Contractor’s share price continues to fall following profit warnings, with firm’s market cap sinking lower than the estimated value of its PPP portfolio

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Balfour Beatty was hit by fresh woe this week as the troubled contractor’s share price fell to a new low and its market value sank beneath the estimated value of its portfolio of PPP assets.

Balfour Beatty’s share price continued to fall this week, down to 152p on early trading this morning, its lowest price since 2003, and down 32% since the firm issued its fifth profit warning in less than two years at the end of September.

Balfour’s shareprice has fallen 50% since its first profit warning in November 2012 and 70% since its peak in 2007.

The £10bn-turnover construction giant’s market cap has now sunk to £1.05bn - down from the £1.3bn it fell to following the £75m profit warning last month and around half the price at which Carillion valued the business in its merger offer over the summer, which was rejected by Balfour in August.

The current market cap is below the level of the firm’s PPP asset portfolio - before the recent disposal of its 50% stake in a West Yorkshire PFI hospital - which the firm revised up by 46% to £1.1bn in August.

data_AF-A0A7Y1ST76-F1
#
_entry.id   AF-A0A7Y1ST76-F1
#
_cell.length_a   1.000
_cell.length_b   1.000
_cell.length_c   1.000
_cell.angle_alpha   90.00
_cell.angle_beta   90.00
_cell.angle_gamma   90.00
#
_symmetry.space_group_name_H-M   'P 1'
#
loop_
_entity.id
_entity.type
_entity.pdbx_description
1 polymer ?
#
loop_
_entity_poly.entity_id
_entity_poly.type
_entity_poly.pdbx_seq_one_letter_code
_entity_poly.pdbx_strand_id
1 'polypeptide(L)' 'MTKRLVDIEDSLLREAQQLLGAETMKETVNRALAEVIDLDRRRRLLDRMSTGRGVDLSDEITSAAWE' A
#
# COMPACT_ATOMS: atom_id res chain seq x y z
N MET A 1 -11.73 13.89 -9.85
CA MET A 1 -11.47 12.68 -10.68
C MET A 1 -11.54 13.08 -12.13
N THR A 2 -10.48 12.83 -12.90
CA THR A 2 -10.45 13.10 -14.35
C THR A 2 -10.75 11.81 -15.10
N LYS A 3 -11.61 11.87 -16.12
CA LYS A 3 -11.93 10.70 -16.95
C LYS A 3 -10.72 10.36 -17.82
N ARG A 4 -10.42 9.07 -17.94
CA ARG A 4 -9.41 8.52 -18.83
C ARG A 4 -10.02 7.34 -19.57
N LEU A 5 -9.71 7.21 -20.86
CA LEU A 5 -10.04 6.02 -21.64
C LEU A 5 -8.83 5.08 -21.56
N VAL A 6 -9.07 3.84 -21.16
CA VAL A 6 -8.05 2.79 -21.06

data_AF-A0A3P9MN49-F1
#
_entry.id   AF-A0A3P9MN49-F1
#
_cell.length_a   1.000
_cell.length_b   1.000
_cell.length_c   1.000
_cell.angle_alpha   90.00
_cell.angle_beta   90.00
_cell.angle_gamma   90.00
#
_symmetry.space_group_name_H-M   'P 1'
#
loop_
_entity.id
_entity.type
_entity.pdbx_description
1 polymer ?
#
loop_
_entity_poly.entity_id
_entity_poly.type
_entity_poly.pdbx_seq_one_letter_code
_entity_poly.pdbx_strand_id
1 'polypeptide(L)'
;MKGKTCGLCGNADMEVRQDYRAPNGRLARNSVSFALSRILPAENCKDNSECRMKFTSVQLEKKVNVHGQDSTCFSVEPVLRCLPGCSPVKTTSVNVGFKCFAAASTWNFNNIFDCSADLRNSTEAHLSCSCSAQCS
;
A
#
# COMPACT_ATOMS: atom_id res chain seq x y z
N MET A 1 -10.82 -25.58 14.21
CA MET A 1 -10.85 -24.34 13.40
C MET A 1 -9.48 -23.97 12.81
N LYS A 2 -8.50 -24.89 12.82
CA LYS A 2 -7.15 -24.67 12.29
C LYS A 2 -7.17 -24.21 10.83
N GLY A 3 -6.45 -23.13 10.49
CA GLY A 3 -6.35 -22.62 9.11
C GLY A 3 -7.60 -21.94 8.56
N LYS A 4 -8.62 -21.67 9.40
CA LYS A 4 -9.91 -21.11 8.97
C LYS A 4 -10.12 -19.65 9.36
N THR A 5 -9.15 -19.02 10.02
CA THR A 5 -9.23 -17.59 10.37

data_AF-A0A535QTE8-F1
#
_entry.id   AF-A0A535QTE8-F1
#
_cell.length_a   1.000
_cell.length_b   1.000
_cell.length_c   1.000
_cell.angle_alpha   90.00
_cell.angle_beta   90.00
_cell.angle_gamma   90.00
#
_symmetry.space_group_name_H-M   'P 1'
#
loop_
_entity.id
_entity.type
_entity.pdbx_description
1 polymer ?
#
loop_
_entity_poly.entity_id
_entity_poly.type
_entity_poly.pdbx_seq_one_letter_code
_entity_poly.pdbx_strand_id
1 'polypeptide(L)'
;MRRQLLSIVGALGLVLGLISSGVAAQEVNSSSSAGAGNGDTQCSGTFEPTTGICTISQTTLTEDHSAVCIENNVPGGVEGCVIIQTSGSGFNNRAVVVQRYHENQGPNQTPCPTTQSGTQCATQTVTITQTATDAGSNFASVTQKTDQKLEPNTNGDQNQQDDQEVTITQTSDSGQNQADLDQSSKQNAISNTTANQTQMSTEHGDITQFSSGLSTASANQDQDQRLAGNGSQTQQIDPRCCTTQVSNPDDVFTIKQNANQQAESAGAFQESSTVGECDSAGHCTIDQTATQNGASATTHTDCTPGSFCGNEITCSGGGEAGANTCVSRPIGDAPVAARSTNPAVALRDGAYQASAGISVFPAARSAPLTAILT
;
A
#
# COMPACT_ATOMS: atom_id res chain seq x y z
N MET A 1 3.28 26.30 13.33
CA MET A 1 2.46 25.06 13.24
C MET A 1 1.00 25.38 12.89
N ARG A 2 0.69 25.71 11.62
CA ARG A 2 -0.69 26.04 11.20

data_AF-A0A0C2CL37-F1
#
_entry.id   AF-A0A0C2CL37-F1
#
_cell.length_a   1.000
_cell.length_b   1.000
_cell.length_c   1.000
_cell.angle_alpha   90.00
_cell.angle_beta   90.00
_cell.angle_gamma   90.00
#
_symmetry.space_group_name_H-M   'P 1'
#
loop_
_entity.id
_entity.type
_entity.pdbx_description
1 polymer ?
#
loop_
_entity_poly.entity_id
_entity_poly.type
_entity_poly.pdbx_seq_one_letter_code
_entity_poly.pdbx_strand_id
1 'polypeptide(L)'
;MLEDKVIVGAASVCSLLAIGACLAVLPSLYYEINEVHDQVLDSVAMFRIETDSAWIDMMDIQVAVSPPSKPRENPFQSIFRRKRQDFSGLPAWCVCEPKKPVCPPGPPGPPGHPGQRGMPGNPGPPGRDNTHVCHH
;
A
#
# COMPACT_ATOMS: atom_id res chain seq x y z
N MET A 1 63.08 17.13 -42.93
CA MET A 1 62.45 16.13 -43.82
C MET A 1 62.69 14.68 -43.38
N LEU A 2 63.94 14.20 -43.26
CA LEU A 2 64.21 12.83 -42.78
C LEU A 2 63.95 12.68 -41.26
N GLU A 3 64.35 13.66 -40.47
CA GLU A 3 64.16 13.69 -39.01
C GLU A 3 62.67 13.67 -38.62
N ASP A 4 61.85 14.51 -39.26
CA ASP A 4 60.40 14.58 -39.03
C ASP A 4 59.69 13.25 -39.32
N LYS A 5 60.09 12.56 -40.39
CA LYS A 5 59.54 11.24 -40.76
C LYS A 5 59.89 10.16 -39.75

Stephen Rawlinson, analyst at Whitman Howard, said he thought the firm’s revised estimate of the value of its PPP assets was still “highly conservative … which makes the current valuation of the trading operations less liabilities even more stark”.

He added: “Our belief is that Balfours is probably getting a bad response in the debt and bonding markets as well as facing difficulties from customers, employees and suppliers and those factors are transmitting through to the share price.

“While the debt and bonding are financial issues they will, most likely, have a negative impact on trading such that current guidance for this year may be optimistic.”

Balfour Beatty is still with out a new group chief executive, following the departure of Andrew McNaughton in May, and is still in the process of selling consultant arm Parsons Brinckerhoff for £820m to WSP.

Rawlinson warned that unless there was “a swift injection of cash and long-term leadership [Balfour’s] position might get out of control”.

“Balfour Beatty needs cash urgently to shore up trading, pay the bills to ensure it completes projects as near as possible to time and quality,” he said.

“The appointment of a new chief executive is said to be well advanced but there are few clues on precise timing of an announcement and the date of arrival of the new person - new leadership is needed as it is known that [executive chairman] Steve Marshall’s intention is to leave.

“The management team has possibly engineered itself into a spiral of decline which just may get out of control even before the new chief executive arrives.

“In Balfour’s case it has the assets to prevent the decline but it may not be able to realise them as urgently as the trading position necessitates.”